A number of my wingnut conspecifics claim to have consistent principles and to adhere to a “culture of life”. They oppose abortion except in cases where the life of the mother is threatened; however, they also support the war in Iraq and Afghanistan and are apologists for military actions that result in collateral damage. So far, none has been able to reconcile these views with the so-called “culture of life” or to establish an internal consistency.
I strongly suspect that their antiabortion stance has less to do with protecting the unborn than with punishing non-procreative sex. How at risk must a woman be before it would be acceptable to have an abortion? Must her risk of death exceed 50%? Should she be required to assume a risk of death of 10% or 5% despite her own wishes? There is always some risk in pregnancy, and antiabortionists are willing to coerce women into assuming at least that baseline risk. Most of the ones I know are willing to force women to assume a much higher level of risk, say on the order of 75%. Otherwise, it isn’t really self defense, they argue.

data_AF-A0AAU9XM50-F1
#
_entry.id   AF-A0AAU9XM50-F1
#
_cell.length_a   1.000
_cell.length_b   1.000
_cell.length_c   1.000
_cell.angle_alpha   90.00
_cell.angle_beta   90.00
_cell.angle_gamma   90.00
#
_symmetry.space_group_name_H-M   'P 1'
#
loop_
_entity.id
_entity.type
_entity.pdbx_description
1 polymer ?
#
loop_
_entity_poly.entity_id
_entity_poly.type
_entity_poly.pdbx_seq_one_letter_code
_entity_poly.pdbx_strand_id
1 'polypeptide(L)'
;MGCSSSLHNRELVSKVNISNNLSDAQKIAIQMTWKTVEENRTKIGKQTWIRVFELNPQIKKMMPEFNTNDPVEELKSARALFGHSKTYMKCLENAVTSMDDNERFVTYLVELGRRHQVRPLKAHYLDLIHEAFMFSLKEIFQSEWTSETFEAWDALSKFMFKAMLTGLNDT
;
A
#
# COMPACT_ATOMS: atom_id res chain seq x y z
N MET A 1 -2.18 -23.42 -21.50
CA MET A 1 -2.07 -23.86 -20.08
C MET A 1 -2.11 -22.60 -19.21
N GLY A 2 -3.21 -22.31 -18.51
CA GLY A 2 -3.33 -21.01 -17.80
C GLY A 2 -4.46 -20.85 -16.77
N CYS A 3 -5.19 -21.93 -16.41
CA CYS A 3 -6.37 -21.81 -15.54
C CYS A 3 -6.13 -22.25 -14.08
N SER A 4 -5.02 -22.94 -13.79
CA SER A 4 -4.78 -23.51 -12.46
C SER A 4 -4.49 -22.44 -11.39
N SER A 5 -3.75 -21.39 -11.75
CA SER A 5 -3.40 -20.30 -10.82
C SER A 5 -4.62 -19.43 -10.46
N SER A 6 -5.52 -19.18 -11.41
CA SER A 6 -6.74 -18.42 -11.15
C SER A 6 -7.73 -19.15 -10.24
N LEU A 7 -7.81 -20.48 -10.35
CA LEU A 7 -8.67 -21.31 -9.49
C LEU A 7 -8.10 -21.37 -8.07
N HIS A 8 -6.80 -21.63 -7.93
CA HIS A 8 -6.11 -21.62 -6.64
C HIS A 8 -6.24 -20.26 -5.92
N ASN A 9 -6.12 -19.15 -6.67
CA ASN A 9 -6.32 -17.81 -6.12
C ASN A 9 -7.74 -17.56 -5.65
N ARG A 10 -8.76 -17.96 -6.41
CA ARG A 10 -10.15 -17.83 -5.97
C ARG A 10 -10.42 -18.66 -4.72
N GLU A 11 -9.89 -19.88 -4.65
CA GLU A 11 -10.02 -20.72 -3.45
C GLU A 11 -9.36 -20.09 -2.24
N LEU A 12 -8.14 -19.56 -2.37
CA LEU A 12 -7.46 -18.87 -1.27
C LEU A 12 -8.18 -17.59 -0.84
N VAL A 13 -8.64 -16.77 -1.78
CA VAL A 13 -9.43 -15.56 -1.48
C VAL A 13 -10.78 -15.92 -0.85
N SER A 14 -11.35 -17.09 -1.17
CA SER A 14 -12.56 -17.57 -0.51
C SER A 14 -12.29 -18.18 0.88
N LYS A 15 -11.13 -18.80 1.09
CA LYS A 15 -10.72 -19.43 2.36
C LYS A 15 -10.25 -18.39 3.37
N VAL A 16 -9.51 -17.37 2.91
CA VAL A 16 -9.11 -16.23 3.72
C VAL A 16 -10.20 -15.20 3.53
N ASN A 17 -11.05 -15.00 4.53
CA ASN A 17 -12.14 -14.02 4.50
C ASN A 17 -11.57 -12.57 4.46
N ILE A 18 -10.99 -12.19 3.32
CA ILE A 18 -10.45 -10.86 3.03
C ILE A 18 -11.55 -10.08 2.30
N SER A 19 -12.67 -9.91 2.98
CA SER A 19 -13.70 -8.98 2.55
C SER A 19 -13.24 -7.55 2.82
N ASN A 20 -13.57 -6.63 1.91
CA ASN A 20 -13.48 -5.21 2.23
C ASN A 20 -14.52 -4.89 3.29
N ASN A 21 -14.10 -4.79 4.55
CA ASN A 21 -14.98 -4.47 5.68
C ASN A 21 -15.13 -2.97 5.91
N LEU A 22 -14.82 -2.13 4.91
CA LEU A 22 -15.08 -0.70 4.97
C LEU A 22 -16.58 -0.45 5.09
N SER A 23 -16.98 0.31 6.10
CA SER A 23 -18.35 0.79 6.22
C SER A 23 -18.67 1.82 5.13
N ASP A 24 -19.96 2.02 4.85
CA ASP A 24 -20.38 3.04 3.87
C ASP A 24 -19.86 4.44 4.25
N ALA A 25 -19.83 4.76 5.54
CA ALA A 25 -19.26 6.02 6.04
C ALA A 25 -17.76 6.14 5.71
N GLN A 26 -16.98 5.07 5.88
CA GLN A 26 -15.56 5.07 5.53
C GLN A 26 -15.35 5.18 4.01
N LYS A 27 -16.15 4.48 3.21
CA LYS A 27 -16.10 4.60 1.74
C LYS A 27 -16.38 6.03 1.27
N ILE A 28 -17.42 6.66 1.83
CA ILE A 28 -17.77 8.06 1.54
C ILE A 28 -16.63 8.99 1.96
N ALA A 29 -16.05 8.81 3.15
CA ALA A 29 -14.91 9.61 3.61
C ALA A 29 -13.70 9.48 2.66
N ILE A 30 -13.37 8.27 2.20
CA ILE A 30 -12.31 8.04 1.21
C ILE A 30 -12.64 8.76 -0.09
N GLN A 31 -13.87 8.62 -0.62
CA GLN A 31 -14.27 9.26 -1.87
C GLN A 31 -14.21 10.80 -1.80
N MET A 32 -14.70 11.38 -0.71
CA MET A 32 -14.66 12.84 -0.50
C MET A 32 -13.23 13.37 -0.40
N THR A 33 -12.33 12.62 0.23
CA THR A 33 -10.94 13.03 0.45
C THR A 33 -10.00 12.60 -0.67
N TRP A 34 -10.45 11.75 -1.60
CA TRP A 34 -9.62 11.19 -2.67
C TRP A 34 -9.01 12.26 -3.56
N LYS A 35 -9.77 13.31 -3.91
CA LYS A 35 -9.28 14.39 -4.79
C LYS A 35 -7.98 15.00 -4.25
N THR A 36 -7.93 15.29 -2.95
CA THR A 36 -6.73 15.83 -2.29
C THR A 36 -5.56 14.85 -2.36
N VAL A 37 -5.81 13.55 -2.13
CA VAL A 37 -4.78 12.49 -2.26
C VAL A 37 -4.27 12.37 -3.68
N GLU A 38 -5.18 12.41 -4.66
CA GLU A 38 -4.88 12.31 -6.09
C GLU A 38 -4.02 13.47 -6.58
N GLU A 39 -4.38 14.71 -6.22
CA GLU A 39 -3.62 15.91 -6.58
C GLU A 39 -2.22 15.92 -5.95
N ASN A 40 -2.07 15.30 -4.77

But when it comes to soldiers (and even policemen in some instances), the same wingnuts claim that they should not be required to assume any additional risk in order to avoid killing children and other noncombatants during military operations. It is entirely acceptable to firebomb an entire neighborhood and kill scores of children in order to kill some of the “enemy” so that troops will not be put at additional risk. Under this reasoning, even the avoidance of the remotest risk counts as self defense.
As I see it, the main difference in the two scenarios is that the military situation does not necessarily involve sex. Oh, and the soldiers are men, not women. Evidently, men have more leeway to defend themselves than women, and it would be wrong to second guess men on their choices.
This is one of the main reasons that I don’t believe womb control advocates really believe that embryos are people. They just want to control wombs, and the "embryos are people" argument is a cynical ploy.